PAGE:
Iris eTrike: Sinclair C5 reborn

Iris etrike, Siclair C5

The Iris eTrike is an ultralight streamlined electric-assist vehicle with a cruising speed of 25 mph. The single-seat vehicle is the brainchild of Grant Sinclair, nephew of the man behind the infamous C5 electric trike.

Iris eTrike, Sinclair C5, Electric bike

Is the world ready for efficient, healthy and environmentally friendly personal transport?

Grant Sinclair has addressed many of the criticisms levelled at his uncle’s invention thirty years ago. A chest-height profile, LED headlamps, indicators and brake lights aid visibility of the Iris eTrike on the road, and bodywork made from expanded polypropylene offers enhanced protection in the event of a crash.

The 250 w electric motor starts automatically when pedalling is detected and its slippery bodywork allows the Iris to travel over 30 miles on 5 pence of electricity.

Iris eTrike, EV, Sinclair C5

The fully-enclosed Iris eTrike features a canopy made from aviation-grade acrylic and a handful of creature comforts including a body contoured seat, universal smartphone dock and a view of what’s going on behind via a built-in rear view camera. The £2,999 can be pre-ordered now via

Sinclair C5 re-born

The emergence of streamlined recumbent bikes and their superiority over conventional bicycles upset the body that oversees cycle racing to such an extent that it banned them. That was over 80 years ago, and the UCI is still cross with velomobiles for being faster and more efficient than upright cycles. The enduring ban on recumbents may well be tied up with the economics of racing: bicycle sport is big business and big business is a powerful lobbying force. Had the UCI taken a more open-minded approach to recumbent velomobiles, and some representatives of the racing body made the case a time that they should be embraced, it’s highly likely that many more cyclists today would recumbents.

It was against this chequered history that a British entrepreneur in the 1980s made a valiant attempt to bring a velomobile to the masses. If you’re old enough to remember the Sinclair C5, you’ll know the battery-powered recumbent trike became a byword for disaster. Like so many doomed projects across the ages, the C5 was ahead of its time – it assumed there was a market for a quiet and environmentally friendly vehicle that posed no threat to other cyclists and pedestrians.

The forward-thinking three-wheeler’s handling characteristics were praised by reviewers. The Guardian described it as ‘very easy to master once you have become familiar with the under-thigh handlebar steering and the semi-recumbent driving position with feet on bicycle-type pedals‘, while the Daily Express wrote that the C5 was ‘stable, comfortable and easy to handle‘.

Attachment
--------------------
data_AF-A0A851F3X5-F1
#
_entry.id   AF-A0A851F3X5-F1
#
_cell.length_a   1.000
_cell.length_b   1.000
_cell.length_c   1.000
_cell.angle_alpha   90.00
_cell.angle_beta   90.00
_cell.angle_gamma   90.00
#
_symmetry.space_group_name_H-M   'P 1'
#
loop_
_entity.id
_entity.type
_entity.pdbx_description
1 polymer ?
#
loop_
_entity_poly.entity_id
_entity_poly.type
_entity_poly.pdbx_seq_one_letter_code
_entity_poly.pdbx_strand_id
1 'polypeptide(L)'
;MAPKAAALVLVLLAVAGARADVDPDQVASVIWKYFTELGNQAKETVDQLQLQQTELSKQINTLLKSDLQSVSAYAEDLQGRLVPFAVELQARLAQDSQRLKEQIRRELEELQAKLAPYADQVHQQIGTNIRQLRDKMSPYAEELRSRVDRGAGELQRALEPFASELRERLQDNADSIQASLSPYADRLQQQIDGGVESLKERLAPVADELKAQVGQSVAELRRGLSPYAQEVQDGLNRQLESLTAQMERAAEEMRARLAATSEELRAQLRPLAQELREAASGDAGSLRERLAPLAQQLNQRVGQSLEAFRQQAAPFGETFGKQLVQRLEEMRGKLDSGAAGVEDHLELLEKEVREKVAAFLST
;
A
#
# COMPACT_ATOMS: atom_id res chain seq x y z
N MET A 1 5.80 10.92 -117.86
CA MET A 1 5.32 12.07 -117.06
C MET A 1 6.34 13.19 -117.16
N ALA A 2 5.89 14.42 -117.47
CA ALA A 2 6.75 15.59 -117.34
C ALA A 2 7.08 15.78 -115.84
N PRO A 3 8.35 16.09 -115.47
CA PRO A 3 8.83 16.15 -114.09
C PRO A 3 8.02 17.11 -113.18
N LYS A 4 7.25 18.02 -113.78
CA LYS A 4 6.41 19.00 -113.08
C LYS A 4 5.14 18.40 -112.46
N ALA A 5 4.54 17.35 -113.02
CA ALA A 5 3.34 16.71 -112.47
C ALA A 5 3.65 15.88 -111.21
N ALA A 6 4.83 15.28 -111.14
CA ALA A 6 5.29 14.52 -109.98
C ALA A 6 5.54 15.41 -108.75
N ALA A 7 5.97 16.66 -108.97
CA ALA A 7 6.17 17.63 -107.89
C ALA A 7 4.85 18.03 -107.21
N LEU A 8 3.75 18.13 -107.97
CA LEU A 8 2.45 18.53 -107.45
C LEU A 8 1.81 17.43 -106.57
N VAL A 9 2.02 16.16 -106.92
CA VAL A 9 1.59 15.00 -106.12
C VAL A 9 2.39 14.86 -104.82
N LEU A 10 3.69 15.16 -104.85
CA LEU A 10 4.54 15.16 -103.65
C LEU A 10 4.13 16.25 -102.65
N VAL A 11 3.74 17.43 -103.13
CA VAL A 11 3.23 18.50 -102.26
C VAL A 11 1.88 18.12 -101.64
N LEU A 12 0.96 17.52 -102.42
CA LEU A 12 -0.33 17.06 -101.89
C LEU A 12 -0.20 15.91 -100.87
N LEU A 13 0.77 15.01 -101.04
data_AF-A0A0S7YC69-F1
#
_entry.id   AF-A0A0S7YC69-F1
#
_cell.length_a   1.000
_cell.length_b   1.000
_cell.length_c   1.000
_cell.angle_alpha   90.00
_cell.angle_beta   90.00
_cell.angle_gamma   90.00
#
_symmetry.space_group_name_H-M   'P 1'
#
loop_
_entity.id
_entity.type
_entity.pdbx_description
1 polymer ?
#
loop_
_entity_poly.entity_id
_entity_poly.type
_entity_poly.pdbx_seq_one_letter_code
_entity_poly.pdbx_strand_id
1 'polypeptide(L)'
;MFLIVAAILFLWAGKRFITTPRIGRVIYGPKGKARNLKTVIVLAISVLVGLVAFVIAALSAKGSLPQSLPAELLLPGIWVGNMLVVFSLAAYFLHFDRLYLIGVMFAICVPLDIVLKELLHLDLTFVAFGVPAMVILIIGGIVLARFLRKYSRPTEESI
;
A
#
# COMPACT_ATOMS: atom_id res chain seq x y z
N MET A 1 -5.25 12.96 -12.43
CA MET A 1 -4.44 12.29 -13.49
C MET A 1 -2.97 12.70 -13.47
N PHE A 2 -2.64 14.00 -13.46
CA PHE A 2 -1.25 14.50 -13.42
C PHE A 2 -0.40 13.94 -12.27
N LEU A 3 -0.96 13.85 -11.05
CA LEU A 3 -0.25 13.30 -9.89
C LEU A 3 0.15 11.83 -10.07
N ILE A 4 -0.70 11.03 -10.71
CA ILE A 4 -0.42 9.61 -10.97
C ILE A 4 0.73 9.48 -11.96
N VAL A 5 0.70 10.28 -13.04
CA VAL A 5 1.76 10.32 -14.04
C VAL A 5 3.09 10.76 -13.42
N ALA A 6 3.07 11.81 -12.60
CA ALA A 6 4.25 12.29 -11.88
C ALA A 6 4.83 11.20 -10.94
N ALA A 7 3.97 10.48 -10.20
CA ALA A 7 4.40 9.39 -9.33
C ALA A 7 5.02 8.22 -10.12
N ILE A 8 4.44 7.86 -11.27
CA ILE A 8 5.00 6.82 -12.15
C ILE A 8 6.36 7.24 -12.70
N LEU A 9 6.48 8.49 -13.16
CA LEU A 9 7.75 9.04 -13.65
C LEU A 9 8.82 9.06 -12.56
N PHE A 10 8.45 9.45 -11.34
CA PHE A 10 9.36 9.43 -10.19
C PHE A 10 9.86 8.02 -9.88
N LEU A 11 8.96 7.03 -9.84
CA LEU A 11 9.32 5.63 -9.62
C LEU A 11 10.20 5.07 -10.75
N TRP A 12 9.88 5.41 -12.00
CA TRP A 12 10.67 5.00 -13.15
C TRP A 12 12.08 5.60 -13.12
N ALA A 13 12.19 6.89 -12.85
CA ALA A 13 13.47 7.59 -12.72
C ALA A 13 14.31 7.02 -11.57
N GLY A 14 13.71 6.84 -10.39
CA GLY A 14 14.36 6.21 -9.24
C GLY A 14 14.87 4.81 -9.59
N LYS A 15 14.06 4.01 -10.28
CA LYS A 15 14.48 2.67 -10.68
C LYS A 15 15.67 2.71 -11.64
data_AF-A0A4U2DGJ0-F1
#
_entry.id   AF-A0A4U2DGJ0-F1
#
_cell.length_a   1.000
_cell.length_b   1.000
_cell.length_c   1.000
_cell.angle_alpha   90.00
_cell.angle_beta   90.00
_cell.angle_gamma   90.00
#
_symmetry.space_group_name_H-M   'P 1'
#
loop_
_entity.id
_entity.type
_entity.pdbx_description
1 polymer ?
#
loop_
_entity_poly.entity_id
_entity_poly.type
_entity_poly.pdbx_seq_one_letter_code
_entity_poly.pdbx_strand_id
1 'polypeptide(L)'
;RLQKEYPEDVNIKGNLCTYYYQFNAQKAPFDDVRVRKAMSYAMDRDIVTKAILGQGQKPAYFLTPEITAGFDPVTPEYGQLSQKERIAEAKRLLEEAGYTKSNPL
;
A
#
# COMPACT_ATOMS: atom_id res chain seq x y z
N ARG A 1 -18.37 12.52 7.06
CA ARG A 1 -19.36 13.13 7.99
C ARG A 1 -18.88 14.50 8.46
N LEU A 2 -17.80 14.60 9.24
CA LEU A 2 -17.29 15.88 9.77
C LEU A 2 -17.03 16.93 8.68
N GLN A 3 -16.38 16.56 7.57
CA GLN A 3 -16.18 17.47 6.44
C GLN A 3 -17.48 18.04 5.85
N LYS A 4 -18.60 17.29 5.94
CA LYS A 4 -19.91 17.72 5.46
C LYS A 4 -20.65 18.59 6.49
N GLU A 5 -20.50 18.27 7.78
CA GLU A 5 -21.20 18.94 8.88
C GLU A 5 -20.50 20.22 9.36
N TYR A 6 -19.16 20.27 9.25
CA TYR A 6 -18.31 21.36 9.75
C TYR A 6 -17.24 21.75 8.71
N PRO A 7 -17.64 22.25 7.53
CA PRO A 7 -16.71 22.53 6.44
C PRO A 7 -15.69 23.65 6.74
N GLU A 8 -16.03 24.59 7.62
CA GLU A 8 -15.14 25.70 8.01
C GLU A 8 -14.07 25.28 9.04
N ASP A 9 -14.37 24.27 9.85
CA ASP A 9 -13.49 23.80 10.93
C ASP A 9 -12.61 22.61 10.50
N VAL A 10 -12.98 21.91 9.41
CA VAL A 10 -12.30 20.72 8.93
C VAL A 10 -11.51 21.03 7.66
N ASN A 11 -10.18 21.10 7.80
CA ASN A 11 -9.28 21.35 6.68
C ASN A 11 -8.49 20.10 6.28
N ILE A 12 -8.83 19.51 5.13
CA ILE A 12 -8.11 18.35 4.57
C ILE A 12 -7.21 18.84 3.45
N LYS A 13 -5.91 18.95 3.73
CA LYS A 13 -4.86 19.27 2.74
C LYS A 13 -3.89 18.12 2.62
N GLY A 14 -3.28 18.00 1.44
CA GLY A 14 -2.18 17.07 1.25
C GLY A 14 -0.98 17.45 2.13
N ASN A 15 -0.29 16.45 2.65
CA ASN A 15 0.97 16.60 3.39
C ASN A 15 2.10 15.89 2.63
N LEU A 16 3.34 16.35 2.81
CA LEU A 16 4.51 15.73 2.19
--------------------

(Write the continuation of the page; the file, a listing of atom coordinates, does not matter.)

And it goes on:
However, motoring organisations and the health and safety lobby sealed the C5’s fate. The chairman of the British Safety Council (BSC) told the press: “I am shattered that within a few days 14-year-old children will be allowed to drive on the road in this Doodle Bug without a licence … without insurance and without any form of training.

The British reaction to this brave attempt to revolutionise personal transport was to rubbish its innovation and then profit on its failure; arriving as it did at the height of Thatcherism, speculators were quick to buy up the bankrupt stock of C5s and then re-sell them to collectors at a 1,000 per cent markup. Let’s hope the same fate does not await the Iris eTrike.

Environmentally friendly cycle insurance

On the face of it, one cycle insurance policy is much like another, but the devil is the detail. How much excess you will be charged is just one of the things that varies wildly between providers. Another is so called ‘new-for-old’ replacement – many insurers use this term, but if your bicycle is more than a few years old, they devalue it severely. This means you are left out of pocket when you come to replace it. Read our insider guide to cycle insurance.

Furthermore, every cycle insurance policy you buy from us helps support the work of the ETA Trust, our charity campaigning for a cleaner, safer transport future.

ETA cycle insurance has a low standard excess of 5% (minimum £25) and offers a new-for-old for life – however old the bike, if it’s stolen you get enough to buy a new model.

For over 26 years we have been providing straightforward, affordable bicycle insurance. Whether you use your bike to commute, shop, race or amble in the park, ETA Cycle Insurance has you covered. We never devalue bikes no matter their age, allow you to buy your replacement bike wherever you like, replace stolen quick release components and handle claims in-house.

The Good Shopping Guide voted us to provide the most ethical insurance in Britain.


  1. CraigS-A


    It seems to be missing mirrors. The design seems to prevent check backs and limits the users view. Mirrors would be needed for safety reasons

    • Andy C


      It does say that it has a rear view camera built in.

  2. Rob Lewis


    I would like to know how heavy it is.

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